- The Washington Times - Monday, January 16, 2006

Jack Abramoff and the Iraq war may form the bridge to the presidential promised land in 2008 for Sen. John McCain, political observers said.

“If the presidential election were held today, McCain would be the Republican nominee and might well be able to defeat even Hillary Clinton,” said Free Congress Foundation President Paul M. Weyrich.

Merrill Matthews, senior analyst at the Institute for Policy Innovation in Dallas, said the Abramoff corruption scandal “could be McCain’s ticket to the White House.”

The latest Zogby poll found the Arizona Republican’s clout with voters high across the board, with 55 percent of Republicans saying they would be more likely to vote for an office seeker if Mr. McCain supports that candidate. About the same percentage of Democrats also said they would do the same, as did 58 percent of independents.

There is irony in Mr. McCain’s image as a champion of reform, because he was the lone Republican member of the so-called “Keating Five,” a group of senators implicated in a late-1980s banking scandal.

Mr. McCain’s maverick ways have at times outraged conservatives in the GOP. But he mesmerized the press and independent voters with his 2000 campaign, defeating George W. Bush by 19 percentage points in the New Hampshire primary.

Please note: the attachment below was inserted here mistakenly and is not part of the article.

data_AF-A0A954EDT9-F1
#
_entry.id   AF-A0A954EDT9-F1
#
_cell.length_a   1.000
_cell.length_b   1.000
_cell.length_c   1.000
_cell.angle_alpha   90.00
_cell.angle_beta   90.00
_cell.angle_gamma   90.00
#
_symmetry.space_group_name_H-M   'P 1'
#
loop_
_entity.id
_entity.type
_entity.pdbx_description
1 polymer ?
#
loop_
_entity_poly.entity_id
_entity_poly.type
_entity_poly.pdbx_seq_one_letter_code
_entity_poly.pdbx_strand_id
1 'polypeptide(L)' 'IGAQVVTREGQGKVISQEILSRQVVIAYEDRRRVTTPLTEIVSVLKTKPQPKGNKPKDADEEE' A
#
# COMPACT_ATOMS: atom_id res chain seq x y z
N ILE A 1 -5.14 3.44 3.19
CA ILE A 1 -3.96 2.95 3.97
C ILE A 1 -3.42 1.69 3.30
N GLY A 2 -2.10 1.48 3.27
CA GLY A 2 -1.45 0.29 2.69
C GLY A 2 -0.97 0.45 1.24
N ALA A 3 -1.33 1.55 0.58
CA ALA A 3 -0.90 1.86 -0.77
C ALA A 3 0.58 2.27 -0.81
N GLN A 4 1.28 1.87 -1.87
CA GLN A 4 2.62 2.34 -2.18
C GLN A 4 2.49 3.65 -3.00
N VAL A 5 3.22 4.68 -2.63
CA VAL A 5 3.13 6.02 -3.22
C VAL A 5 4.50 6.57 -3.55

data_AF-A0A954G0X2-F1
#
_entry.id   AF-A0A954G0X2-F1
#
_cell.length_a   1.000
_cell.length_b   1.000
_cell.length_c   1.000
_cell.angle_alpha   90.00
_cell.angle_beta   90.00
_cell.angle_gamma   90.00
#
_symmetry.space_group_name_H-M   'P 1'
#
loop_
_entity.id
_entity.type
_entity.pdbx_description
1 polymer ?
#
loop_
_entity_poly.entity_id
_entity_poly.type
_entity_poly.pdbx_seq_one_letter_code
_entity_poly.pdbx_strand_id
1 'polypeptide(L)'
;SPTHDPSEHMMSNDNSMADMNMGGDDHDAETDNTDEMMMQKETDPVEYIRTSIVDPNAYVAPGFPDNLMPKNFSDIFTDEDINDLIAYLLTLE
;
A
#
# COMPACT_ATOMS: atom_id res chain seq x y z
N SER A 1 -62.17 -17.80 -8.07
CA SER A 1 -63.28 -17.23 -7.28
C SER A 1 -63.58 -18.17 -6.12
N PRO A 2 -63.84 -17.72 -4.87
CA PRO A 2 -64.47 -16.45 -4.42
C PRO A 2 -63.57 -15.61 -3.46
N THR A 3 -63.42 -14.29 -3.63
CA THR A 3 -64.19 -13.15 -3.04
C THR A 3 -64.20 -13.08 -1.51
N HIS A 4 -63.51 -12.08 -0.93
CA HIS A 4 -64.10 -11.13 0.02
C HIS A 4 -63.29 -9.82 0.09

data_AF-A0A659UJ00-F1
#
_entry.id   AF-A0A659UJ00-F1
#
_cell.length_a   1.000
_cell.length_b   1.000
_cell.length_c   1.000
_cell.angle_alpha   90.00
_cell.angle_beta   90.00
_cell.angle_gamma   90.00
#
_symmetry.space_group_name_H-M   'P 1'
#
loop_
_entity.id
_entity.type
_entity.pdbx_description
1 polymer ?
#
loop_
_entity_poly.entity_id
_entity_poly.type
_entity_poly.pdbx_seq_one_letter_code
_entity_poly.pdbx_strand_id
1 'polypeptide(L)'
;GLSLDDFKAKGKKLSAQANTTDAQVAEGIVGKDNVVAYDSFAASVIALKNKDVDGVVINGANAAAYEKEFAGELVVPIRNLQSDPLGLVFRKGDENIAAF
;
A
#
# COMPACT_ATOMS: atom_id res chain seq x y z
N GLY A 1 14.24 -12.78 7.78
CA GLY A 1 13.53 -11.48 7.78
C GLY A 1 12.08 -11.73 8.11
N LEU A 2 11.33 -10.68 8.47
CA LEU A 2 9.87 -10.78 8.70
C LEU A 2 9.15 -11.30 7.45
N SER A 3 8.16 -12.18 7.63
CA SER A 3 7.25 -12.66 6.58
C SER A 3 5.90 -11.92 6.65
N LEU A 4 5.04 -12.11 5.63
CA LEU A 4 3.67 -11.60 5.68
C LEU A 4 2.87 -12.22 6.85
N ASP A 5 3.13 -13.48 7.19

Some thought Mr. McCain might take his “Straight Talk Express” campaign bus all the way to the White House — until he drove it into a brick wall of evangelical Christian opposition. He attacked religious conservative leaders Pat Robertson and Jerry Falwell as “agents of intolerance” on the day before the Virginia primary, which Mr. Bush carried by a wide margin to help sew up the Republican nomination.

Yet the scandal surrounding Abramoff — a casino lobbyist with top congressional connections who pleaded guilty to federal charges earlier this month — has added premium fuel to the McCain tank, according to Mr. Weyrich and others.

“No question, he is the front-runner for the nomination,” said Mr. Weyrich, no fan of Mr. McCain’s policy agenda. “The media love him; he gets coverage that no other Republican can get. He has campaigned for Republicans of all stripes from one end of the country to the other, so he has chips to call in.”

This is especially true with Republicans desperate for a 2008 candidate with the star power to match New York’s junior senator. The Zogby poll shows Mr. McCain handily beating Mrs. Clinton 52 percent to 37 percent in a hypothetical presidential face-off.

Continuing conflict in Iraq plays to another McCain strong suit. A Navy fighter pilot who spent years as a prisoner of war in Vietnam’s notorious “Hanoi Hilton,” Mr. McCain has military credentials that could be a trump card if Iraq remains a key issue into 2008 — appealing even to conservatives, like American Spectator Editor R. Emmett Tyrrell, who disagree with him on many other issues.

“He is a strong contender for the nomination, even with conservatives, because they think he would be a good wartime leader,” Mr. Tyrrell said.

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